Vaccinating the American workforce will make a huge contribution to herd immunity in the country.
Instacart, Target, Trader Joe’s, McDonald’s, and Dollar General are among a growing list of companies giving workers time off and extra cash to get vaccinated against Covid-19.
Others, including Amazon, Uber, and DoorDash, go a step further and stand up for state officials to secure vaccines for their workers. Retail, aerospace, restaurant and meat packaging companies have also advocated priority access.
The Occupational Safety and Health Agency recently issued guidelines paving the way for companies to provide a Covid vaccine to all eligible employees free of charge.
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Yet “getting the vaccine is a distribution issue for now,” said John Ho, a labor and employment attorney for Cozen O’Connor in New York and chairman of the firm’s OSHA Practice Group.
“If you can get the private sector to help, great,” he added. “Once it’s widespread, it’s a win-win situation.”
Laura Boudreau, Assistant Professor of Economics at Columbia Business School, said, “We’re still in a phase of sales that can be difficult to do, but I think we’ll see some big companies along the way. “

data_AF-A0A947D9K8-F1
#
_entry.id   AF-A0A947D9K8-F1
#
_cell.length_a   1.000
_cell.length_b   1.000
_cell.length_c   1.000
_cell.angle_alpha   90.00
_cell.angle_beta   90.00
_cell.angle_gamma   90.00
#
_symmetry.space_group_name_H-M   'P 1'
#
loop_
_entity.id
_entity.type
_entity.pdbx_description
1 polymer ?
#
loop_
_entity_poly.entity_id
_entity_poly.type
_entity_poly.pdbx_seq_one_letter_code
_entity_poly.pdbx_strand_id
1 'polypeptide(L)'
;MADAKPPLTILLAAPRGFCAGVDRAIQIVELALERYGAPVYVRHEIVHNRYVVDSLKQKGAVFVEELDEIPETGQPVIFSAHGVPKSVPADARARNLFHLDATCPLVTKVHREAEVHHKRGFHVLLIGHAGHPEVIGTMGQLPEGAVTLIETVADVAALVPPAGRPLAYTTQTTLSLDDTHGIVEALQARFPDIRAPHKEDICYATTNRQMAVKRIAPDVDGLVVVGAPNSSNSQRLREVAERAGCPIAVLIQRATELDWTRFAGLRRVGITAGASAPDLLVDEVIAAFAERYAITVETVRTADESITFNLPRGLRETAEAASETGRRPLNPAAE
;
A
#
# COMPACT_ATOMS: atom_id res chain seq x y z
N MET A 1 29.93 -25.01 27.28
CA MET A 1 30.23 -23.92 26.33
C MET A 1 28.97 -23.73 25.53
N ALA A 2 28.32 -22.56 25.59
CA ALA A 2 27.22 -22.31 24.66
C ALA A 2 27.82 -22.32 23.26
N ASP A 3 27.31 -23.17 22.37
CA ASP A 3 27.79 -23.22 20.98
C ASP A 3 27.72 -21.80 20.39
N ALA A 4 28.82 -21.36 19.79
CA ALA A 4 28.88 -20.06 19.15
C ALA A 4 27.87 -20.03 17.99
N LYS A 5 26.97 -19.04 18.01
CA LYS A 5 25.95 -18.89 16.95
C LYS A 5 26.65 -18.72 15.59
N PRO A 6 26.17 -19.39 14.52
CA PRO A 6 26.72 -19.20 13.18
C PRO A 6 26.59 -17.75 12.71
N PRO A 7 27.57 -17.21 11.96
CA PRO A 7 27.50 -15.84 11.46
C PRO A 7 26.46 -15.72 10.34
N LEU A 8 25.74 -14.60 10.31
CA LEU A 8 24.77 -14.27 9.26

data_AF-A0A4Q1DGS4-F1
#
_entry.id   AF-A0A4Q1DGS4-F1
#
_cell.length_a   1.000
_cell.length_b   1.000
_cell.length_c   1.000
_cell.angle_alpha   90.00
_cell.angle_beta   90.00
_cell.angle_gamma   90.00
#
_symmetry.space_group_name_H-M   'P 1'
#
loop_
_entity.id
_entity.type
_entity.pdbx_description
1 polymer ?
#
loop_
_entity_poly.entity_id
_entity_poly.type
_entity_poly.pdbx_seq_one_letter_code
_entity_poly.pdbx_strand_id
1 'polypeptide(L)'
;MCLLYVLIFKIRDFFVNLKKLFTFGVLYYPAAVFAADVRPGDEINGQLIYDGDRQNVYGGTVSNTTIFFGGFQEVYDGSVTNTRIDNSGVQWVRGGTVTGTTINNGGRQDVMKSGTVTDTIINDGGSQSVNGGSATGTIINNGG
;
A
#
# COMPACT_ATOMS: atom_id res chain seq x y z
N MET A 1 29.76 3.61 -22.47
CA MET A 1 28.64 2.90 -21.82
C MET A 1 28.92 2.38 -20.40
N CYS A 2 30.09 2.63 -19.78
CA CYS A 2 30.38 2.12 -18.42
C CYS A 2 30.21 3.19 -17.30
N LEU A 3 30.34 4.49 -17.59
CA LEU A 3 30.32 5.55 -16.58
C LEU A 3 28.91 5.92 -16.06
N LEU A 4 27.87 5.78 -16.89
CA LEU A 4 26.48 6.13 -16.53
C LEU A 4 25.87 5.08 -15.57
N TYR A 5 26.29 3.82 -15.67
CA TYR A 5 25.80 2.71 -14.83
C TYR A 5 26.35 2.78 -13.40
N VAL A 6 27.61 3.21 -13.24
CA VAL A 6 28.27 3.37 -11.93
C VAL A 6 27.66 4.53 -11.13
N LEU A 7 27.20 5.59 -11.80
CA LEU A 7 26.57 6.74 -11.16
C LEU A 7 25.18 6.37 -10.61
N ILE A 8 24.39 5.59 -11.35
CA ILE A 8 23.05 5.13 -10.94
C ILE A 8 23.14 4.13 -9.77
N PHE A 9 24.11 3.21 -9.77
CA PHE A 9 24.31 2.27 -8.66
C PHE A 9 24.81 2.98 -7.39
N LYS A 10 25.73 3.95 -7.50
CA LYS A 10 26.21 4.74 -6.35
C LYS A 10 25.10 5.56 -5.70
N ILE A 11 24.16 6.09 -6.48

In a new survey of employers, nearly 80% said they were looking for ways to provide vaccines to workers and 28% said they would consider buying vaccines privately, according to consulting firm Willis Towers Watson.
“Employers are trying to make vaccination easier almost everywhere,” said Jeff Levin-Scherz, director of public health at Willis Towers Watson.
Willis Towers Watson found that employers, especially those with large, publicly accessible or high-risk employees, are best placed to offer vaccinations on-site.
Still, it can take a while for supply to catch up with demand, forcing many businesses to wait weeks or months.
“As long as the vaccine is scarce, most employers will not try to cross the line,” Levin-Scherz said.
Ultimately, it is up to states to decide how vaccines are distributed.
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